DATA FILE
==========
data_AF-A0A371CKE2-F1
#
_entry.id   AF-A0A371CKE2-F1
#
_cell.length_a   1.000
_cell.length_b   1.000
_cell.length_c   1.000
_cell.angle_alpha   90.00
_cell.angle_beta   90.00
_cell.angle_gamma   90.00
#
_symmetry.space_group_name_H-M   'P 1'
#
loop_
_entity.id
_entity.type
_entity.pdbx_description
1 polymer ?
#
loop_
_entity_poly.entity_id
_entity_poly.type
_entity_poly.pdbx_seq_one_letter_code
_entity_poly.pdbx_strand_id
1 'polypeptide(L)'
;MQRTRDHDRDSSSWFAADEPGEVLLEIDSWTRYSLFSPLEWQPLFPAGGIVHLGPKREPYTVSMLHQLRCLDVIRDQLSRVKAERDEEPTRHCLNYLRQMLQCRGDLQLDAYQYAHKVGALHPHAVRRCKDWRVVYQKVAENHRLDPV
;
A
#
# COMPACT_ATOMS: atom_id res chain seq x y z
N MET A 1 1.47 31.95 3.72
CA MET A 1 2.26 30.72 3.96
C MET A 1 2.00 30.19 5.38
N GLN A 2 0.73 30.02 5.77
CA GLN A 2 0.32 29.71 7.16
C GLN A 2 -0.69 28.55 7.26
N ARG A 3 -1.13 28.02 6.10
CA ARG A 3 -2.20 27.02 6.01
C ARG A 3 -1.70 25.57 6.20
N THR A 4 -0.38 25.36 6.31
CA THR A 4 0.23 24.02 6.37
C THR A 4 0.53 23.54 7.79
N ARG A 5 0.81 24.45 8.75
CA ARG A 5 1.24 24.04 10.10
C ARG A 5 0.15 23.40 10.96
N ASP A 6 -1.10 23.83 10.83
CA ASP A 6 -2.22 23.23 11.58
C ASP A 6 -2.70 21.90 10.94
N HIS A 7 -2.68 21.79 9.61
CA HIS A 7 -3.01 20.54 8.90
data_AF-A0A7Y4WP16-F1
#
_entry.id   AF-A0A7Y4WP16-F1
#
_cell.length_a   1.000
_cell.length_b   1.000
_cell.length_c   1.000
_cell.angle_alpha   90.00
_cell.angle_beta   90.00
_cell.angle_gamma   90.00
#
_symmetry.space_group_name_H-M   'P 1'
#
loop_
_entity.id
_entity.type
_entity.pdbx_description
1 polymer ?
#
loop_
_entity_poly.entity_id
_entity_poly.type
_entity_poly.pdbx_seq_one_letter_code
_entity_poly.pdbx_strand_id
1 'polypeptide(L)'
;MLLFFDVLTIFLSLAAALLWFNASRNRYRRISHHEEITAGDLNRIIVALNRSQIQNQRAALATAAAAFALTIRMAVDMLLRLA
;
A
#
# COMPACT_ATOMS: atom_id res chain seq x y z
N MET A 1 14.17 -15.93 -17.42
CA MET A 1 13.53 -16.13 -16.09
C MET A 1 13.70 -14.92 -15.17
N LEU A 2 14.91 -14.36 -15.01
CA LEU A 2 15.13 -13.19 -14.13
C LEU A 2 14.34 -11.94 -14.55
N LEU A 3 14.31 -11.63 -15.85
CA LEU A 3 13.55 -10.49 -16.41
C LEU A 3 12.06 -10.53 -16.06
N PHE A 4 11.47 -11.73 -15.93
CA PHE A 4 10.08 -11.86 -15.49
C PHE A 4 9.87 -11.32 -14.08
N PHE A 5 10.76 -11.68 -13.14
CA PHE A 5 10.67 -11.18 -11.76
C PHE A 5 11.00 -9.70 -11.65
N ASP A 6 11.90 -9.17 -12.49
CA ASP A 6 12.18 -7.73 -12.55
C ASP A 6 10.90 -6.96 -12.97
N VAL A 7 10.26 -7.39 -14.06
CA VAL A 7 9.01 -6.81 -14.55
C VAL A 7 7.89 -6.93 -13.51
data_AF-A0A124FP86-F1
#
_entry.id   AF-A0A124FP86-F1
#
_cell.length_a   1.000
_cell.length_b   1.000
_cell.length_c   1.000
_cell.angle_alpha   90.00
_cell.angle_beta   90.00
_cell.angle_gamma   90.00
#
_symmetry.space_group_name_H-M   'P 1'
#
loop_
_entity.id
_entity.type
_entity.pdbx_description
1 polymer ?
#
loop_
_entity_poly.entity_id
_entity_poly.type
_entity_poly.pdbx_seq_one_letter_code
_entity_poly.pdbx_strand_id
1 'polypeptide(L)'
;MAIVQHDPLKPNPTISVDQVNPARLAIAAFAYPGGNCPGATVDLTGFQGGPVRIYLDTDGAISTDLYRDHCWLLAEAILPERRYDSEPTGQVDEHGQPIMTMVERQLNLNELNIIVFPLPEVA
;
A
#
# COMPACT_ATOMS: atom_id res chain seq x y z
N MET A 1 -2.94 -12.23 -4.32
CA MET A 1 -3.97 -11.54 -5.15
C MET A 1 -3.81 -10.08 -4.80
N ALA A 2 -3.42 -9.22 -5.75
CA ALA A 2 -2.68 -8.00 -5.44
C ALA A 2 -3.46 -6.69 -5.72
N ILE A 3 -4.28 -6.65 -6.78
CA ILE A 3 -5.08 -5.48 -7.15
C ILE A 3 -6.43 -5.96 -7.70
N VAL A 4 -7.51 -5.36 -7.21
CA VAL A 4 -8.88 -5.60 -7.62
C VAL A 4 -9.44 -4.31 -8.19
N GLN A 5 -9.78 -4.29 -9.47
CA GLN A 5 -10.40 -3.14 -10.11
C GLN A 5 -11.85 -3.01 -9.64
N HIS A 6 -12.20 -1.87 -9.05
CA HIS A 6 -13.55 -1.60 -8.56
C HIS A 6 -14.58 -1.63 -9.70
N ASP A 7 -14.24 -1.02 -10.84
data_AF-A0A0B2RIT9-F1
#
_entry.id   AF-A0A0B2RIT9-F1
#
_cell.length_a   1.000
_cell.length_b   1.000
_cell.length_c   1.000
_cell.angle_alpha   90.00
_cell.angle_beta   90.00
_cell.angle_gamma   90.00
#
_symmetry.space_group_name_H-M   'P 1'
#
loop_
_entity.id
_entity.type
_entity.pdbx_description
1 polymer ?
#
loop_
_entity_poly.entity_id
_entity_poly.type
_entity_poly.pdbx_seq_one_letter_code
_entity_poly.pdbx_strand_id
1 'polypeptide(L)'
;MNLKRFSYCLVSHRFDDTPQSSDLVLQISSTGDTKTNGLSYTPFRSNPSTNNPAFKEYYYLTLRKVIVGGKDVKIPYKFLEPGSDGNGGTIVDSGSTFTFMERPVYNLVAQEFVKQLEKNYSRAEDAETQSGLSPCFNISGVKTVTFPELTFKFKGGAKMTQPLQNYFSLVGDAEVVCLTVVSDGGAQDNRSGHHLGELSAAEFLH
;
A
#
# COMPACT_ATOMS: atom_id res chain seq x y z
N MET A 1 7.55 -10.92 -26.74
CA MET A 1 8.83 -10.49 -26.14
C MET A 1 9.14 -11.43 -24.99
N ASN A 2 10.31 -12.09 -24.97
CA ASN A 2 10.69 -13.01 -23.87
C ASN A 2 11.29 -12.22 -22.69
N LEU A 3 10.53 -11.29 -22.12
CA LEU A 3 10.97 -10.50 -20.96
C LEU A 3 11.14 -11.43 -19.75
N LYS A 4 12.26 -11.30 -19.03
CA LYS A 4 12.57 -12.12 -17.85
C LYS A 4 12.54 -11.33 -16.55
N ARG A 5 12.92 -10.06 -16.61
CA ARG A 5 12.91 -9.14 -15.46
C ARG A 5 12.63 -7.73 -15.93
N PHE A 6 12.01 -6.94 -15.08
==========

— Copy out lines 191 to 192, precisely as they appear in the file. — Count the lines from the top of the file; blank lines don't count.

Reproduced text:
CA LYS A 4 12.57 -12.12 -17.85
C LYS A 4 12.54 -11.33 -16.55